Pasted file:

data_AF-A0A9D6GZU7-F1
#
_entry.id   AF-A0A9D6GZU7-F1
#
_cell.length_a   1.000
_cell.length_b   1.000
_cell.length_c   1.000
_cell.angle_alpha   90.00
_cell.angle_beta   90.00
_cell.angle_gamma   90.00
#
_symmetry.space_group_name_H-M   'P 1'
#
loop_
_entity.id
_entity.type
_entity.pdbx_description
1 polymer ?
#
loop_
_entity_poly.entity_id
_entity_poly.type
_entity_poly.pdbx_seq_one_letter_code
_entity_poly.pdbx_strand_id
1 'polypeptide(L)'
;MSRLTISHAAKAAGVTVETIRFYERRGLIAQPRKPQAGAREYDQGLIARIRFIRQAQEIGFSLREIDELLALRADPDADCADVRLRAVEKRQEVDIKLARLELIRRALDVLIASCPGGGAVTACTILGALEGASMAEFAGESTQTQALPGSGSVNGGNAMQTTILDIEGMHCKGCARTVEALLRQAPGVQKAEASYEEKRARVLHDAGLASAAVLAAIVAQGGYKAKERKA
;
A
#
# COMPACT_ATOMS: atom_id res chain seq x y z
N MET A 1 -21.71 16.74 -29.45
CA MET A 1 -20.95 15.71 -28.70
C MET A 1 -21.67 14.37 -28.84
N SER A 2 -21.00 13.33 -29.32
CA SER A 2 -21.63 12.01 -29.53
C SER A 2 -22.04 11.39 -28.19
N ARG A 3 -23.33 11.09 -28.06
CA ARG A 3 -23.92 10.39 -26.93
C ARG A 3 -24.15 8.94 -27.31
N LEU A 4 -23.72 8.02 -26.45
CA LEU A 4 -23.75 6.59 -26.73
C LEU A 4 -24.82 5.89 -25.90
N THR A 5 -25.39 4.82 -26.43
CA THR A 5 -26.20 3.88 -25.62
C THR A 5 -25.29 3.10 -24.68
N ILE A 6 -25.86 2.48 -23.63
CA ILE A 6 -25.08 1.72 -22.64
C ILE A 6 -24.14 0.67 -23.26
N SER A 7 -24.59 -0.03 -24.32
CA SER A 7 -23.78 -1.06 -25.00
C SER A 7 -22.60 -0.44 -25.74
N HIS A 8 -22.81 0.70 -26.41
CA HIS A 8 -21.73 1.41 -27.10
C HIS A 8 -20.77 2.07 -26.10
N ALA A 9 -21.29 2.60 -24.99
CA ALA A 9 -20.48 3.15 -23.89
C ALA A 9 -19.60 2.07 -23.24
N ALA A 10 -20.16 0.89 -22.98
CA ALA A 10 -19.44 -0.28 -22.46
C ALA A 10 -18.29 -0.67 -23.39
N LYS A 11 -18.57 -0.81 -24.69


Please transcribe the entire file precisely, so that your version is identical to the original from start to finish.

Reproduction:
data_AF-A0A9D6GZU7-F1
#
_entry.id   AF-A0A9D6GZU7-F1
#
_cell.length_a   1.000
_cell.length_b   1.000
_cell.length_c   1.000
_cell.angle_alpha   90.00
_cell.angle_beta   90.00
_cell.angle_gamma   90.00
#
_symmetry.space_group_name_H-M   'P 1'
#
loop_
_entity.id
_entity.type
_entity.pdbx_description
1 polymer ?
#
loop_
_entity_poly.entity_id
_entity_poly.type
_entity_poly.pdbx_seq_one_letter_code
_entity_poly.pdbx_strand_id
1 'polypeptide(L)'
;MSRLTISHAAKAAGVTVETIRFYERRGLIAQPRKPQAGAREYDQGLIARIRFIRQAQEIGFSLREIDELLALRADPDADCADVRLRAVEKRQEVDIKLARLELIRRALDVLIASCPGGGAVTACTILGALEGASMAEFAGESTQTQALPGSGSVNGGNAMQTTILDIEGMHCKGCARTVEALLRQAPGVQKAEASYEEKRARVLHDAGLASAAVLAAIVAQGGYKAKERKA
;
A
#
# COMPACT_ATOMS: atom_id res chain seq x y z
N MET A 1 -21.71 16.74 -29.45
CA MET A 1 -20.95 15.71 -28.70
C MET A 1 -21.67 14.37 -28.84
N SER A 2 -21.00 13.33 -29.32
CA SER A 2 -21.63 12.01 -29.53
C SER A 2 -22.04 11.39 -28.19
N ARG A 3 -23.33 11.09 -28.06
CA ARG A 3 -23.92 10.39 -26.93
C ARG A 3 -24.15 8.94 -27.31
N LEU A 4 -23.72 8.02 -26.45
CA LEU A 4 -23.75 6.59 -26.73
C LEU A 4 -24.82 5.89 -25.90
N THR A 5 -25.39 4.82 -26.43
CA THR A 5 -26.20 3.88 -25.62
C THR A 5 -25.29 3.10 -24.68
N ILE A 6 -25.86 2.48 -23.63
CA ILE A 6 -25.08 1.72 -22.64
C ILE A 6 -24.14 0.67 -23.26
N SER A 7 -24.59 -0.03 -24.32
CA SER A 7 -23.78 -1.06 -25.00
C SER A 7 -22.60 -0.44 -25.74
N HIS A 8 -22.81 0.70 -26.41
CA HIS A 8 -21.73 1.41 -27.10
C HIS A 8 -20.77 2.07 -26.10
N ALA A 9 -21.29 2.60 -24.99
CA ALA A 9 -20.48 3.15 -23.89
C ALA A 9 -19.60 2.07 -23.24
N ALA A 10 -20.16 0.89 -22.98
CA ALA A 10 -19.44 -0.28 -22.46
C ALA A 10 -18.29 -0.67 -23.39
N LYS A 11 -18.57 -0.81 -24.69